PyChimera is a wrapper around UCSF Chimera, so it makes sense that you have to install it beforehand. Additionally, to reduce compatibility problems, PyChimera is best used within a conda environment.

Alternative procedure

If you don’t want (or can’t) use conda, you can also install PyChimera with pip:

pip install pychimera

or directly from source:

# With git
git clone
cd pychimera
python install

# With wget
unzip pychimera*.zip
cd pychimera-master
python install

While this should work in an ideal environment, it would probably have some rough edges due to the libraries installed in your system being different than the ones provided by UCSF Chimera. The pychimera conda package has been finetuned to work with the correct versions so, if possible use that. Otherwise, refer to the conda recipe to identify the correct versions.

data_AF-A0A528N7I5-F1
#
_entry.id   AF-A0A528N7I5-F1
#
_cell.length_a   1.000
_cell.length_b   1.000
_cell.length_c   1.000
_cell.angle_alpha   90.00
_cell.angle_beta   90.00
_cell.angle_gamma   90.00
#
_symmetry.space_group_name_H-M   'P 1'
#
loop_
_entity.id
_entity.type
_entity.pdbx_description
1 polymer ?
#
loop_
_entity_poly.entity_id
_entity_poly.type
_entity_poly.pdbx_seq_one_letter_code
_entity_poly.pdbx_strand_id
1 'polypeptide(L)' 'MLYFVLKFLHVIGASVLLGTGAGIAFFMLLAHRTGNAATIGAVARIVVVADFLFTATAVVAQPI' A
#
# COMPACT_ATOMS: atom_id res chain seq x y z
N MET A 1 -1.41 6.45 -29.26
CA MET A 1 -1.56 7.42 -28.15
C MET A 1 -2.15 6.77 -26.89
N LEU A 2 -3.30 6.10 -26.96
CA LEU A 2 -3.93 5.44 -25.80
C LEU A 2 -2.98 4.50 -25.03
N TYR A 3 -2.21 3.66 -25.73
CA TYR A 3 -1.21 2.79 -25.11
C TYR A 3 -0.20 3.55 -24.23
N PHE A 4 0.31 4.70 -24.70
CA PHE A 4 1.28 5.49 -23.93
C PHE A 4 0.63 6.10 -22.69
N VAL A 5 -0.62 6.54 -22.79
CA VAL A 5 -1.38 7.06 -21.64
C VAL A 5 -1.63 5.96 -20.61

Extra packages

So far, you have a barebones pychimera installation. If you want to make use of all the Jupyter compatibility features, you will need to install some extra packages. Namely:

  • IPython support: ipython (in Windows, qtconsole is also required).
  • Notebook support: jupyter, notebook.
  • Interactive molecule depiction: nglview.

This is easily installed with conda:

## First, activate your environment if necessary
# source activate pychimera
## In Windows, it would be:
# activate pychimera
conda install ipython jupyter notebook
## In Windows, you will also need:
conda install qtconsole
## For interactive visualization in the notebook:
conda install -c bioconda nglview
## might need:
# jupyter-nbextension enable nglview --py --sys-prefix